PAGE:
An extremely brutal armed robbery case has brought
two very unusual young detectives together in Hong Kong. Both
men have been known not to follow the usual rules of conduct
in solving crimes. Lincoln, the younger brother of the deceased,
an ex-policeman in China, has sworn to find the man who has
murdered his brother. While he investigates the murder on
his own in Hong Kong, he meets Michael, a CID officer on suspension.
Michael has often been warned against insubordination and
for pulling his own stunts to capture criminals on the run.
The differentiating factor in this tired Hong Kong cop genre
movie would be the blatant gimmicky inclusion of “above
the law type” rich playboy in the police force. The
cover and the premise look promising for some high octane
fun with “playboyism” and wild actions in the
midst of some formulaic police story but what Jingle Ma (Seoul
Raiders) had delivered was a lifeless blend of cops with “playboy”
attitude and trying plot that’s thin and predictable
to the T.
of all, the supposedly “playboy” cops (Shawn Yue
and Chen Kun) are hardly playboy al all. By any definition,
playboy does not equate to being wealthy but somehow the meaning
was lost in transition and the focus here is clearly about
the spendthrift while solving crimes. They are filthy rich
but spend very little time in actually being a playboy. All
they did was brood and spend time fighting each other like
a gay couple secretly in love with each other. Beside their
good looks (subject to respective standards), this film spend
very little time in demonstrating their charms in mesmerizing
the opposite sex.
it spends bulk of this film focusing on fighting for the affection
of one average looking lady (as again subject to individual’s
standards). It doesn’t make sense for these supposedly
“playboy” status to go through so much trouble
for the affection one female. It doesn’t help that it
never play much emphasis on why they are so hung up about
her in the first place. Since the film maker didn’t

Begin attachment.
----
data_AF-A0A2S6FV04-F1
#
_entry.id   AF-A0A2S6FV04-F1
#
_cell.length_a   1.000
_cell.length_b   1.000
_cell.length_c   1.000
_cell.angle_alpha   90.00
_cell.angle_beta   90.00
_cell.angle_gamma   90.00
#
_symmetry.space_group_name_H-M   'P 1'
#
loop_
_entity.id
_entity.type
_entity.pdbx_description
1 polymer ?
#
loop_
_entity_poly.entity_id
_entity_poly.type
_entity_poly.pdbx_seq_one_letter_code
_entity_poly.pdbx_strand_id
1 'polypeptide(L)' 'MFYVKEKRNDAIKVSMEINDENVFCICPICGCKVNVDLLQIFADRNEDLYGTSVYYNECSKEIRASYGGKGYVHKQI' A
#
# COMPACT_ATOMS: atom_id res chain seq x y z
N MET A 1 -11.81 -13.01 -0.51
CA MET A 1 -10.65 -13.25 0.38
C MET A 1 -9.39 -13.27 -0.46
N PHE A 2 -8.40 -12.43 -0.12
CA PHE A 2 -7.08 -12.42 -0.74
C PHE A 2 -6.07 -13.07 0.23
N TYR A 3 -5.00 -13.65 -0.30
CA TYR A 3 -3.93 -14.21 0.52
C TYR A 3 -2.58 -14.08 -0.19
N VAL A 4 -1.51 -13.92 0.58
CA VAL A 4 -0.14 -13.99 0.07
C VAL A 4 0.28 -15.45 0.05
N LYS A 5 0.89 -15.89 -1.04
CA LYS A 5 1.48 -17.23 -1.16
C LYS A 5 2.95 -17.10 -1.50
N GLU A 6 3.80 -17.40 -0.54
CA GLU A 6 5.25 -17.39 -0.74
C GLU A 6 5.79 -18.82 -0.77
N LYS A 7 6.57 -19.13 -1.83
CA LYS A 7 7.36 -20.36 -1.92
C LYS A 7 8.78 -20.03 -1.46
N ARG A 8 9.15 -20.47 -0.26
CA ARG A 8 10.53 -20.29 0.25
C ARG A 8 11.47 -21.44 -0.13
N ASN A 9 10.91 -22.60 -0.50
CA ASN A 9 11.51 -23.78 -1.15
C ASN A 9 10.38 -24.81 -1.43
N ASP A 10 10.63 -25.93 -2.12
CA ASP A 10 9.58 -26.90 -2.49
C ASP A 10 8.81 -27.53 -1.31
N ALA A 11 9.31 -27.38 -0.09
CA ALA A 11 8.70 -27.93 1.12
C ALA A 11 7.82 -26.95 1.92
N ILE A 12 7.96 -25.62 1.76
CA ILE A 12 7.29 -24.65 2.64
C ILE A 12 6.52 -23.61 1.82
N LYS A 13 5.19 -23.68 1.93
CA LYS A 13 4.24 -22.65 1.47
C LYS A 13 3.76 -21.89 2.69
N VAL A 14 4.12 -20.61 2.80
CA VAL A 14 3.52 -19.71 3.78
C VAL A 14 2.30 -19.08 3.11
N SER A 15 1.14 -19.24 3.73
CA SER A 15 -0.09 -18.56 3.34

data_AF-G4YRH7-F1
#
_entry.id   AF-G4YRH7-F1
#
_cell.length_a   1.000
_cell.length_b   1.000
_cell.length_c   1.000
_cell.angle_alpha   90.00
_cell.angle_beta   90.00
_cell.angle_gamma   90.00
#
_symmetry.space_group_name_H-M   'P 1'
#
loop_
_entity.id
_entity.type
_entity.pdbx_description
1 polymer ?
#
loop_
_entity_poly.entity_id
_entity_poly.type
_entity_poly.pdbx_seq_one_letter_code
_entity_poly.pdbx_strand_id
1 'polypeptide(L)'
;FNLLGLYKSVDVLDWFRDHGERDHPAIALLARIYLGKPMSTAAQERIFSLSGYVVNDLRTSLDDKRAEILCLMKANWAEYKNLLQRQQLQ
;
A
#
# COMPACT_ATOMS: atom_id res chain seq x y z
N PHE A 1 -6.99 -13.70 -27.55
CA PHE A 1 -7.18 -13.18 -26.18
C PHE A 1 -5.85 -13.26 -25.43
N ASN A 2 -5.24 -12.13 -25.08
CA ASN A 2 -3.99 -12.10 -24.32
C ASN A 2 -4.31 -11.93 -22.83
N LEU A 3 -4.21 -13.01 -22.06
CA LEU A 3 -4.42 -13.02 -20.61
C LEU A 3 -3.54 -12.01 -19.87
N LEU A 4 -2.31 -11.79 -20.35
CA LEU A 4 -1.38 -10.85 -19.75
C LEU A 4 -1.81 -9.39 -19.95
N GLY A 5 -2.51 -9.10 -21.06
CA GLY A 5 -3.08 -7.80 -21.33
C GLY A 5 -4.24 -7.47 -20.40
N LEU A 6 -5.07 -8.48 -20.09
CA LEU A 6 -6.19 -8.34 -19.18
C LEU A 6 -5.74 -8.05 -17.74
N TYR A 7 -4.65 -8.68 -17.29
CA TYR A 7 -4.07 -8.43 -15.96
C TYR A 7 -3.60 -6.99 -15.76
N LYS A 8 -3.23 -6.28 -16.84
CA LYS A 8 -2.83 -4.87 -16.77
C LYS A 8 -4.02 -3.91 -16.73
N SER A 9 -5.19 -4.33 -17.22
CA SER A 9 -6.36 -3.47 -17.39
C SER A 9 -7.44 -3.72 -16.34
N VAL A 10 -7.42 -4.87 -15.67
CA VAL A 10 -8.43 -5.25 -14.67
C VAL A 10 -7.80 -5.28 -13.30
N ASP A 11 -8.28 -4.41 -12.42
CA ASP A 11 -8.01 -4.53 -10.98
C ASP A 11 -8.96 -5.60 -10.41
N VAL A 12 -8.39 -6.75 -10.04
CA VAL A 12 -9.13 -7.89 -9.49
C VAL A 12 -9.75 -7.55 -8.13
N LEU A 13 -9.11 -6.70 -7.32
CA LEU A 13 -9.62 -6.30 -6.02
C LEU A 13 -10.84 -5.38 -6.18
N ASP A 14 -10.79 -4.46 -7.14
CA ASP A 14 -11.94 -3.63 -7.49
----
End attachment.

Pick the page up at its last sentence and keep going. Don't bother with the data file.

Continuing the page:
give much concern about such build up, why would the viewers
be bothered with the plastic love affairs that going on?
half baked notion was the supposedly flaunting of the rich
cop’s wealth. A good way to describe it would be that
the display had been miserly exaggerated. If one would to
pay attention, it would be obvious that the producers had
limited funds and resources to make the wealth bit of this
film convincing. It did show case expensive cars and clubs
but after a while, it’s beginning to look limited in
quality and there weren’t any funds to show more.
when it tried to show how this wastrel is wasting money, it
just came across as naively silly. There are some real rich
squanderers that are wasting their money like nothing but
to waste it to fight crime? Batman and Iron man did it in
a more respectable way while in Playboy Cops, it’s just
so stupidly uninventive that I wonder if Shawn Yue rolled
his eyes at what he was asked to do in this film.
those couples of silly off putting presentation of playboy
wealth mention above, the rest of the film was made up of
awfully predictable attempt at pull twist and turns in the
example, it isn’t hard to spot the mysterious killer
that supposedly hiding behind the crime scene. Season viewers
shouldn’t find it to hard to figure out who did it.
The strange and unnecessary emphasis on supportive characters
will stand out like a sore thumb.
there the exaggerated spenditure of the rich man son which
raise alerts that there will be some morale lessons included
which are clumsily included without any importance bearings
to this story and serve no purpose except wasting time.
a doubt, the good looking Shawn Yue’s talent is wasted
in Playboy Cops. Specially coming off from Rule #1 which gave
him more serious material to work on, Playboy Cops had him
playing an unbelievably childish hunk who isn’t in tune
with the object of his affection. It felt that he had a hard
time convincing himself that the dashing character that he
is playing would behave in such petty immature way.
This film also felt like an excuse to pull in China actors
into prominence with the Hong Kong Market (and perhaps the
international market). In this case, the China actor (which
was referred to a couple of times, like it’s warning
viewers) Chen Kun looks relatively good but delivered his
emotion by glazing into nothing like a stoic blind man.
The worst bit was the pairing off of these two and chemistry
here is definitely lacking. Maybe it’s the China investment
in this film production that dumb down the fun buddy rival
films (Tokyo Raiders, Curry and Pepper comes to mind) that
are abundant back in the old days. Or maybe the script writer
ought to be shot for not even referring to the plentiful inventory
in the past to muster up their chemistry. Or maybe the problem
lies with pairing of a Hong Kong star and China actor. In
anyway, Playboy Cops isn’t much of an enjoyable time
waster compared to the good old Hong Kong stuff.
in 4:3 letterbox, this DVD features no extras and not even
a menu page to get to. That means the selection of scenes
which is a norm in almost all DVD release is absent here.
The English and Chinese subtitles are burned in and they are
not even selectable like other normal dvds. Haven’t
seen such DVD made since the old days of Hong Kong dvds.
Review by Richard Lim Jr